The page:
Increasingly, Artificial Intelligence (AI) is giving marketers a helping hand – reducing manual workloads, and enabling them to make rapid personalisation decisions, at scale, to improve their targeting.

It’s incredibly useful – but understandably, it’s caused some to wonder whether the benefits of artificial intelligence will one day come at a risk to their jobs.

At Salesforce, we don’t think they have much to worry about.

It’s true, AI is going to take over certain aspects of marketing. However, it’s about supplementing existing roles and processes to make them better – more intelligent and insightful. As Larry Kotch of Brainbroker put it: “These things don’t destroy jobs, they just change what jobs are needed.”

Take Salesforce Einstein, for example. Its AI-powered predictive analytics traces and records customers’ past behaviour, allowing marketers to personalise messaging – and then double down on what worked with lookalike customers.  

The better AI gets, the better personalisation marketing can offer – so messages are more relevant and targeted, with less wastage. The result: higher return, lower spend.


Drawbacks and benefits of artificial intelligence in marketing

Jim Sinai, VP of Product Marketing for Salesforce Einstein, told AI Business that artificial intelligence is now for everyone:

We’ve done the heavy lifting to remove the complexity of AI and make it accessible to companies of all sizes and industries. Now, our users across sales, service, marketing, commerce and more can deliver smarter, more productive and predictive experiences to their customers with Einstein embedded directly into every cloud.” 

But AI isn’t a silver bullet – and marketers need to balance the pros and cons for each possible use:

Advantages of AI in marketing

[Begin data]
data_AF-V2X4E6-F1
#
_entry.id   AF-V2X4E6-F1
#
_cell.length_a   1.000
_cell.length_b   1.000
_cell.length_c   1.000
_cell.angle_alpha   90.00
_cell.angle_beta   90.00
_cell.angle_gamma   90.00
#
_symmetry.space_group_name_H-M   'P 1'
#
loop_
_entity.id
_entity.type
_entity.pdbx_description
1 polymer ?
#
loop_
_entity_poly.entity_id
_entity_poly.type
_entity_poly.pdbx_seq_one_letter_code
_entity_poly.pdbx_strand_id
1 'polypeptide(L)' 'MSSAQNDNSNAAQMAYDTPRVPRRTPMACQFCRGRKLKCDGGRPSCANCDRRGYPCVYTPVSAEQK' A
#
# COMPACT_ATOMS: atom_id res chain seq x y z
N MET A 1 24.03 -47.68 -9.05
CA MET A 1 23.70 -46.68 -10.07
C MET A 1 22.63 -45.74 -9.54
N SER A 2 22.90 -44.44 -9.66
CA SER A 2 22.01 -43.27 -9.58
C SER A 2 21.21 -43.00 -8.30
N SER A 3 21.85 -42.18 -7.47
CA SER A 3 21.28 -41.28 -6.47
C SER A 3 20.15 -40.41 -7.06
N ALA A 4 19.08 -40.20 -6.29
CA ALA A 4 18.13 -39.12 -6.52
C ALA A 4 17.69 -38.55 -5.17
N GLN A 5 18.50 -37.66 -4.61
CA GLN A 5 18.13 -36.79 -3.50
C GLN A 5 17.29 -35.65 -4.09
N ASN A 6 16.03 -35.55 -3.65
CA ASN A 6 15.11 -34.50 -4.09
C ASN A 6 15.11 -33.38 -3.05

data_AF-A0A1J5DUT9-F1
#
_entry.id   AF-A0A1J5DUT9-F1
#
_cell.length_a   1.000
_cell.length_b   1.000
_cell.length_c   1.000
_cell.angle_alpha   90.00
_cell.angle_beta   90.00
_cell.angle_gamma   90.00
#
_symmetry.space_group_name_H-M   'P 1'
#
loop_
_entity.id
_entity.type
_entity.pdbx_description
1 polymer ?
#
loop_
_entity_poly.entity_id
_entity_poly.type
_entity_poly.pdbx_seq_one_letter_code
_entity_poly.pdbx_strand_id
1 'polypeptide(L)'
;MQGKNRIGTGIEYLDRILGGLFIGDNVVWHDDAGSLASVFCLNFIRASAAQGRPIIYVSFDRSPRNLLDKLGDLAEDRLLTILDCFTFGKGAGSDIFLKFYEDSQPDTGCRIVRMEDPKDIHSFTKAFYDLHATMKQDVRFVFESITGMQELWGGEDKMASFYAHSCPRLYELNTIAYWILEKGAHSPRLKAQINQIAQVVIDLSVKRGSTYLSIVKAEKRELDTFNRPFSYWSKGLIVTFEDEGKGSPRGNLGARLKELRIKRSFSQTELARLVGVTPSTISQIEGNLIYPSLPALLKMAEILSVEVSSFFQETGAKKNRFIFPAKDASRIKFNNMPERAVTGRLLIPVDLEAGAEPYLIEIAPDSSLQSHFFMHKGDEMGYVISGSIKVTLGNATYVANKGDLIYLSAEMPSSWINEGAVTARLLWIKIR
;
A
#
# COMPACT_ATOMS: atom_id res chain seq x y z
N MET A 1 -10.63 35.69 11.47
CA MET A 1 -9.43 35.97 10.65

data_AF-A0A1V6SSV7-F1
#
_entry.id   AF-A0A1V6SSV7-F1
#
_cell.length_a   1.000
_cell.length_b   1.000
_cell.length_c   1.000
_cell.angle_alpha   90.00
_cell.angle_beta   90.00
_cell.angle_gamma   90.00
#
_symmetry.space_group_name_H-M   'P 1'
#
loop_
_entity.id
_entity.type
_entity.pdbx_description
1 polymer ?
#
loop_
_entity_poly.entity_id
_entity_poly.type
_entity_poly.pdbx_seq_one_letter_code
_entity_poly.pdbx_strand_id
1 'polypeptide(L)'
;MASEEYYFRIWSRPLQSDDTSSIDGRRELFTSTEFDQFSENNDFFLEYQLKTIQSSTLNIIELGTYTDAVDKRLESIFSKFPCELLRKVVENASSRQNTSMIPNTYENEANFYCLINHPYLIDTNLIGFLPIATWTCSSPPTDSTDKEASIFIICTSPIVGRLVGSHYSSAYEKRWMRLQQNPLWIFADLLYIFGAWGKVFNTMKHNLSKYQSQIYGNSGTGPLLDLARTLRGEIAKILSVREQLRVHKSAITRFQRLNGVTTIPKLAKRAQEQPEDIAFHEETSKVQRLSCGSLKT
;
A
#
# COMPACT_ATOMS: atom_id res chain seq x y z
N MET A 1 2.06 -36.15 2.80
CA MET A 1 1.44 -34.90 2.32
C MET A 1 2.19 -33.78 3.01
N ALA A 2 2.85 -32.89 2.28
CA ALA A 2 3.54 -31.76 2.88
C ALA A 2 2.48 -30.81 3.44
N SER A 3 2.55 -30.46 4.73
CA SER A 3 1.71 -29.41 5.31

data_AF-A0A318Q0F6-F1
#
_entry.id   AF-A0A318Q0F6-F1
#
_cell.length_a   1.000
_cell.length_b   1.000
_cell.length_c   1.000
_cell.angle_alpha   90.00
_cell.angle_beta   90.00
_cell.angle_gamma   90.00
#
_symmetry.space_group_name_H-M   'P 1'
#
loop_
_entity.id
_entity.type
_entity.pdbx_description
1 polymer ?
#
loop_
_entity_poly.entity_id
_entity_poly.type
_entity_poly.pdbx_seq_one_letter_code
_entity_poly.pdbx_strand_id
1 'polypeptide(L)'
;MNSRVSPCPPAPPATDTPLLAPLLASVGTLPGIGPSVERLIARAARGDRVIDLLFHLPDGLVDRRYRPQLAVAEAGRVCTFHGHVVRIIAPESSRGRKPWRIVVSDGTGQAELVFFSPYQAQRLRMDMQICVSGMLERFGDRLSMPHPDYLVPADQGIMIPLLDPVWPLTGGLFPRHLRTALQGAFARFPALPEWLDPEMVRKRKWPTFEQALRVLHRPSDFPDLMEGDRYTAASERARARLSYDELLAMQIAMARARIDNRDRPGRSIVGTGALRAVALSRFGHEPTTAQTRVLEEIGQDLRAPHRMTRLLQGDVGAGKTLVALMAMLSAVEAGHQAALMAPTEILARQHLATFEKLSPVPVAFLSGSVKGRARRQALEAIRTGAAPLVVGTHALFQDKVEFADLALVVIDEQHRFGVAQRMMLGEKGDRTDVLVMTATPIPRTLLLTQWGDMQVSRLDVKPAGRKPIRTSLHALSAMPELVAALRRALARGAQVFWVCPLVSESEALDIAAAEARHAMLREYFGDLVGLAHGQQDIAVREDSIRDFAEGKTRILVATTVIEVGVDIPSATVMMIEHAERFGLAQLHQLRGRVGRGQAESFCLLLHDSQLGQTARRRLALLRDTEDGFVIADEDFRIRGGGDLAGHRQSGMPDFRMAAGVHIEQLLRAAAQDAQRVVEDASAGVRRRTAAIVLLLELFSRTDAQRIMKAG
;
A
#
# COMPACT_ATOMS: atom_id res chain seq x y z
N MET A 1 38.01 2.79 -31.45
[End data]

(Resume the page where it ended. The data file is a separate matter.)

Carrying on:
• Providing checks and balances: we all make mistakes from time to time, that’s just human nature. Assuming the correct processes are already in place, AI can eliminate error and improve your overall accuracy.
  • Quick decision making: once AI has learned how to carry out the day-to-day work and identified patterns in behaviour, systems can then begin to make decisions based on pre-determined criteria.
  • Test and learn: building on its ability to think and act quicker, AI can be used to run multiple tests at any given time, while harvesting real-time data to continually influence the testing cycle – optimising your marketing as it goes.
  • Dealing with the ordinary: in theory, the more you can delegate your most mundane marketing tasks to a machine, the more space you’ll have to be creative, and devise campaigns that connect on a human level.

Limitations of AI in marketing 

  • It’s no match for human interaction: no matter how sophisticated AI becomes, there will always be the need for human-to-human communication to supplement AI technology. You’ll still need to understand what makes people tick – and craft the messages that will tempt them to respond. 
  • Beware putting your eggs in one basket: while the benefits of artificial intelligence are clear, it’s important not to completely rely on the technology, but for AI to complement existing processes.


The power of relevance: AI decision-making in action

It’s understandable if marketers are still getting to grips with how best to use AI. The possibilities are literally endless – it’s a blank sheet of paper, and it seems like there are few examples to follow. But actually, inspiration is everywhere. 

Narrative Science states 44% of executives believe AI’s most important benefit is decision making. By targeting audiences with microscopic granularity, organisations can give their customers exactly what they want.

You’ll have experienced it yourself, if you’ve bought anything from Amazon